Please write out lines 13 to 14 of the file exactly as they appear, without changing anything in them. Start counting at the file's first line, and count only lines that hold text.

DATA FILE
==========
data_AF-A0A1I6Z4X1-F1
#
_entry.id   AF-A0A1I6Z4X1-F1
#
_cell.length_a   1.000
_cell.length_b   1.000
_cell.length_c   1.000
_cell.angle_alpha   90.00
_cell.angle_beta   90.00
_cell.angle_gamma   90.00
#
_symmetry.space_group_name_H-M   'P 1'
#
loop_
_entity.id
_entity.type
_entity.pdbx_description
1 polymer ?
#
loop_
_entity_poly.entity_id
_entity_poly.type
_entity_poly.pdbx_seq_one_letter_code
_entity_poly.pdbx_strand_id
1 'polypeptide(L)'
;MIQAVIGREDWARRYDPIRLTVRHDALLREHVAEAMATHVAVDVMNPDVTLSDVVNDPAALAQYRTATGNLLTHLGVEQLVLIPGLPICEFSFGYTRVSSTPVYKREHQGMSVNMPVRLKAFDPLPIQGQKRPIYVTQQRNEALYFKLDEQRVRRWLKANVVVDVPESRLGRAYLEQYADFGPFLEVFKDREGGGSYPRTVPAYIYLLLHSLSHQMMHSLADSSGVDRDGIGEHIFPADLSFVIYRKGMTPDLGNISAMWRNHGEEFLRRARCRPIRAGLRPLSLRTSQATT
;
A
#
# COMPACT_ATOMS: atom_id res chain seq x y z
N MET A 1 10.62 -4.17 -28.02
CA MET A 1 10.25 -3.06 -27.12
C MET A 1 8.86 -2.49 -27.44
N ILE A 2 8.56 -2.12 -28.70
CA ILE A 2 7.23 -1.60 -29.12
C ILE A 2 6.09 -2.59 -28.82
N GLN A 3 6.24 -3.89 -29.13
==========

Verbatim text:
#
loop_